There was a time when wearing black after a death was simply what was done. It was the proper etiquette. A widow would wear a full length black dress, often for a full year. Black armbands were commonly worn for 6 months following the death of a parent or spouse. Yet these traditions seem to be a thing of the past. Was there something important about wearing black? Did it truly help the grieving person? On one hand, I think the gut response is to answer ‘of course not, it’s just a color’. True. Yet, not true. The important part of wearing black was that it was a society-wide norm. Everyone knew what it meant if you were seen wearing black. Nowadays, widows don’t wear black dresses, and armbands are rarely seen outside of a funeral service, if even that. Instead, we might see pink if the person died from breast cancer, or orange to signify their favorite color. Is there anything wrong with that? Again, the first instinct is to answer ‘of course not, it’s just a color’. Again, true. Yet, not true. Unfortunately, while it is fantastic that people wish to support the research of breast cancer, wearing pink does not let your surrounding community know whether you have lost someone to breast cancer, or just know someone who underwent treatment for breast cancer, and continues to live today.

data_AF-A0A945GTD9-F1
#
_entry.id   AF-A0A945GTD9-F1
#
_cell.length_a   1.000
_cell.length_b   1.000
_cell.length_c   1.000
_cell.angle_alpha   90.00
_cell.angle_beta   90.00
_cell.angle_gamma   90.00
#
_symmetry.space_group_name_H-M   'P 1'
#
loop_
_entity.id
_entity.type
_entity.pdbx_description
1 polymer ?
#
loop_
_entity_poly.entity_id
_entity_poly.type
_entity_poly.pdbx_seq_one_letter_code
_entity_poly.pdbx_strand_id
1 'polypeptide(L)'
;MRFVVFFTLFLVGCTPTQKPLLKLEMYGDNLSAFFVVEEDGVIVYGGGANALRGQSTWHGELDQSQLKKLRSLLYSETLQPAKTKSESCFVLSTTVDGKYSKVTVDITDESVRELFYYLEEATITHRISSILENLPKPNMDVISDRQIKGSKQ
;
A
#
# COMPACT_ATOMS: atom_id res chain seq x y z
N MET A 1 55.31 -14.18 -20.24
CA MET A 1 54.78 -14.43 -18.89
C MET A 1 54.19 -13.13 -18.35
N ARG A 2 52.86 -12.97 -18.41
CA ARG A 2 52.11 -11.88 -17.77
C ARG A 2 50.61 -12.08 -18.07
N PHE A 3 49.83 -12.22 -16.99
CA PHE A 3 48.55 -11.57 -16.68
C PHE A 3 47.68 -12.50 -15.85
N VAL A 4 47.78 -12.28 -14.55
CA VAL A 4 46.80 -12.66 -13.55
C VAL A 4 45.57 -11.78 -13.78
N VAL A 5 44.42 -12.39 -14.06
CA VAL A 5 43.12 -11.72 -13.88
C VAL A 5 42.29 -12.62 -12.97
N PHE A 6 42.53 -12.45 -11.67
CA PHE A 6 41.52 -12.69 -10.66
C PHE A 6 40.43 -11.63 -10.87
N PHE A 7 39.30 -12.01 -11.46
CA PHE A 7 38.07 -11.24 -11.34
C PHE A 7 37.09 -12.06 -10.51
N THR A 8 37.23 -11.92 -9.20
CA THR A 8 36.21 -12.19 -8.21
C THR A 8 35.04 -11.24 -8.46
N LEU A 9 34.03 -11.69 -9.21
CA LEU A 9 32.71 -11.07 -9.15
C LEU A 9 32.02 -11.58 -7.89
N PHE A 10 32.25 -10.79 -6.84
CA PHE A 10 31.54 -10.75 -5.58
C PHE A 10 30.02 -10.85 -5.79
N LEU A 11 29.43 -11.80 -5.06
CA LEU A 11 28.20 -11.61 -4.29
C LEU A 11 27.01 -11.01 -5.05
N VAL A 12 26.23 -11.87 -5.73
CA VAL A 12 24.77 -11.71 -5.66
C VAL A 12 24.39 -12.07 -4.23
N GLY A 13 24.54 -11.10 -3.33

Wearing black is more than a tradition, it serves a function. Whether we like the color choice or not, someone many years ago chose black as the color to represent mourning. The purpose of mourning is to let people know that you have lost someone close to you, and are experiencing grief from that loss. It is a reminder to others of what you’re experiencing.It is even more important today than a century ago, as today’s society is even more disconnected from each other. We don’t know our neighbors or what’s happening in their life. How can we support them if we don’t even know what’s going on? So, can wearing black truly help a grieving person? Yes, it can. It acts as a symbol, an identifier, a frame of reference so that others can know a person is grieving, so they can come forward and provide support, or even just give a little extra grace when they see the grieving person is struggling to make it through the day. Does it have to be a full length dress? No, there are many modern mourning options available. Just find the one that suits you, and wear it so you can get the full benefits that mourning produces.
Take Time – Acknowledge Your Grief – Grieve Together – Mourn Together
For more information on modern mourning symbols, visit https://grievingtogether.ca
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